There are millions of people like me producing books and hoping for literary recognition. We strive daily to find the best way to put down words in an order that will be attractive to as wide an audience as possible. However, even the most successful authors didn't always have it easy and even afterwards the books they produced were vilified for a range of reasons. August 11th 1897 was the birthday of Enid Blyton and I've been looking at her experience.
Enid Blyton (1897 - 1968)
In a number of respects Enid was a blogger long before blogging was even possible. She wrote a range of articles on education, natural history, fantasy, mystery stories and biblical narratives. Her first book was a 24 page publication of poetry entitled Child Whispers but she is better known for Noddy, Famous Five and the Secret Seven. At the height of her writing prowess she was producing 50 books a year on top of the many articles she wrote for newspaper and magazine. Enid wrote from her unconscious mind rather than planning meticulously, typing her stories as events unfolded before her. She wrote so much that she was often accused of employing an army of ghost writers a situation which she vigorously denied.
Even many years after Noddy appeared on the scene, and had proven popular with great numbers of people across the world, it was banned by the BBC. Literary critics during the fifties and sixties, became concerned with Blyton's unchallenging writing and the nature of the themes of her books, particularly Noddy. Some libraries and schools banned her works, which the BBC had refused to broadcast from 1930 - 1950, because they said that her work lacked literary merit. Her books have been also described as elitist, sexist, racist, xenophobic and at odds with the post war liberalism. Even so, since her death in 1968, they remain best sellers.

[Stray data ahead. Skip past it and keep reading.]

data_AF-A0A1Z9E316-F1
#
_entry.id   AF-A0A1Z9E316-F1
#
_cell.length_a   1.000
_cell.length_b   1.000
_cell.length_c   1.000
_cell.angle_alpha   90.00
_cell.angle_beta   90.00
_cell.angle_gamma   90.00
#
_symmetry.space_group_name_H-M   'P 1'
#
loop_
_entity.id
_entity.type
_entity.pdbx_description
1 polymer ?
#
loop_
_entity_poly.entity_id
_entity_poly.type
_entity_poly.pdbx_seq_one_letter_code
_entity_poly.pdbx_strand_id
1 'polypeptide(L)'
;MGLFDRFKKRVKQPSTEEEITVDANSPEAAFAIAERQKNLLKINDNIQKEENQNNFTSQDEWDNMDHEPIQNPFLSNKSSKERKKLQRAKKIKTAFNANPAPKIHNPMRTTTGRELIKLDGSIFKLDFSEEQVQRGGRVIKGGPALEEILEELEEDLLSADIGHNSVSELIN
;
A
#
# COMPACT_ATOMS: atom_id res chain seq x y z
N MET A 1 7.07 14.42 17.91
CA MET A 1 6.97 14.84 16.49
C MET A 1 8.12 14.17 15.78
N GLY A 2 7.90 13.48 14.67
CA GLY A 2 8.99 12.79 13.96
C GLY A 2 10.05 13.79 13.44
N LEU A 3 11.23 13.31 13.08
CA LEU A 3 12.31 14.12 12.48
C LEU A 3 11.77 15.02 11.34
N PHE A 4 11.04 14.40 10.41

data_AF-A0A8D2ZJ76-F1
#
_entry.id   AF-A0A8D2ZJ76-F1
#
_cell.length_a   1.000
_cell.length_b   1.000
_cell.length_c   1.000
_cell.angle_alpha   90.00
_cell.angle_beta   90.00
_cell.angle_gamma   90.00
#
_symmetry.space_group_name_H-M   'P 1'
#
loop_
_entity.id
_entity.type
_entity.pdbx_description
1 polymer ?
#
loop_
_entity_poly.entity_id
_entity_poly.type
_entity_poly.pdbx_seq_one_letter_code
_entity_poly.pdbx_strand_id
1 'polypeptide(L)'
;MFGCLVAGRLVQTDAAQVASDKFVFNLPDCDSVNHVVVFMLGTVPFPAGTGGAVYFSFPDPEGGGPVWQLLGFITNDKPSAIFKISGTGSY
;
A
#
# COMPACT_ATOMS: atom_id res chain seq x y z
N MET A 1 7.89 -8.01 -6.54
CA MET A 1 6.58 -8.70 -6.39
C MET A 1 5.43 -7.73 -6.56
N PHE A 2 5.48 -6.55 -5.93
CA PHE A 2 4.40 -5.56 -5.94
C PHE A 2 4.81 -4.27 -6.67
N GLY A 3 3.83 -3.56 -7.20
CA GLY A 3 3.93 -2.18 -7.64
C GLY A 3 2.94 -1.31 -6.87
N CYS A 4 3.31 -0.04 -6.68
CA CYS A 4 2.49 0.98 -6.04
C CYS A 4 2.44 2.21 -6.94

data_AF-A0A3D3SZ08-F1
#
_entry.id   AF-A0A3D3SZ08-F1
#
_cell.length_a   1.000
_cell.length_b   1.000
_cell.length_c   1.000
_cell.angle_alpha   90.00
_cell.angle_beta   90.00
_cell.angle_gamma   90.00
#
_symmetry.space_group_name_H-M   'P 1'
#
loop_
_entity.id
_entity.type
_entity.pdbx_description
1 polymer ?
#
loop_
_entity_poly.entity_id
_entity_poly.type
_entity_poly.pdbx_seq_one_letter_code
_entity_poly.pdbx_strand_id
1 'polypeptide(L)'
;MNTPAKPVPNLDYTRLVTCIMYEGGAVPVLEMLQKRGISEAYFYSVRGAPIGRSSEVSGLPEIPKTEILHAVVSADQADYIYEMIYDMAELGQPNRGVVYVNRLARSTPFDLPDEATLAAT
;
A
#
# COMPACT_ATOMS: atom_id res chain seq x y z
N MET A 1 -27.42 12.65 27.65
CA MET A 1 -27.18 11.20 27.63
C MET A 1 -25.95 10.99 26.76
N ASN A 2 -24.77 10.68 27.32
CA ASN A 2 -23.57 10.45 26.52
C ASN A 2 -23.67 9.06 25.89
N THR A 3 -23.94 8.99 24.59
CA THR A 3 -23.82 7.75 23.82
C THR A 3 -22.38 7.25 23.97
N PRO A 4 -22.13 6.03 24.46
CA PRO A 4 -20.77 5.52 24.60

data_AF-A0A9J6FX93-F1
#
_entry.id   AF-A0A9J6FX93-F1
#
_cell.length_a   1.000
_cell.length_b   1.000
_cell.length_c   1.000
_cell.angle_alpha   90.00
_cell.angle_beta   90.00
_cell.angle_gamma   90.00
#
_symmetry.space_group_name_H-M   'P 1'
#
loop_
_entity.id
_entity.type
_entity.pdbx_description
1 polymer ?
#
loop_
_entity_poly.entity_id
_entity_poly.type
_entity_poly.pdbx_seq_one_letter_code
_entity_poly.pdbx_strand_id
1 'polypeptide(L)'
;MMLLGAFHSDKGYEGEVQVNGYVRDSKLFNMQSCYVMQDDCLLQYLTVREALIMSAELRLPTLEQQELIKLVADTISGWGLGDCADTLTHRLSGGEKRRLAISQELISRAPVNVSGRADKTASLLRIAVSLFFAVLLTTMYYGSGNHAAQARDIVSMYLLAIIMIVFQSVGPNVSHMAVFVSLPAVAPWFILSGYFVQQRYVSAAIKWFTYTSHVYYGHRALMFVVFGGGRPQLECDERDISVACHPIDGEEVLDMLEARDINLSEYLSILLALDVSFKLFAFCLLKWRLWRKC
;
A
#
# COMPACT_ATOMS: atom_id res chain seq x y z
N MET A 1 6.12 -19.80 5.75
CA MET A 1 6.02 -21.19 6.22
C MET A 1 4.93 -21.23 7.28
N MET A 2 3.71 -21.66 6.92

She once described her writing style as follows,
I wish I found it that simple!
For those of us who are striving for recognition it is interesting that Enid Blyton became noticed after winning the Saturday Westminster Review writing competition with an essay. Her articles then became more attractive to magazines and newspapers until she eventually had Child Whispers published.
I have entered the occasional competition but not frequently enough or wide ranging enough to achieve any success. On the other hand I am not so driven by the need for success. Entering competitions is obviously a way 'in' but the important thing for me is to keep writing. I hope that eventually the quality of my work will have improved enough to speak for itself.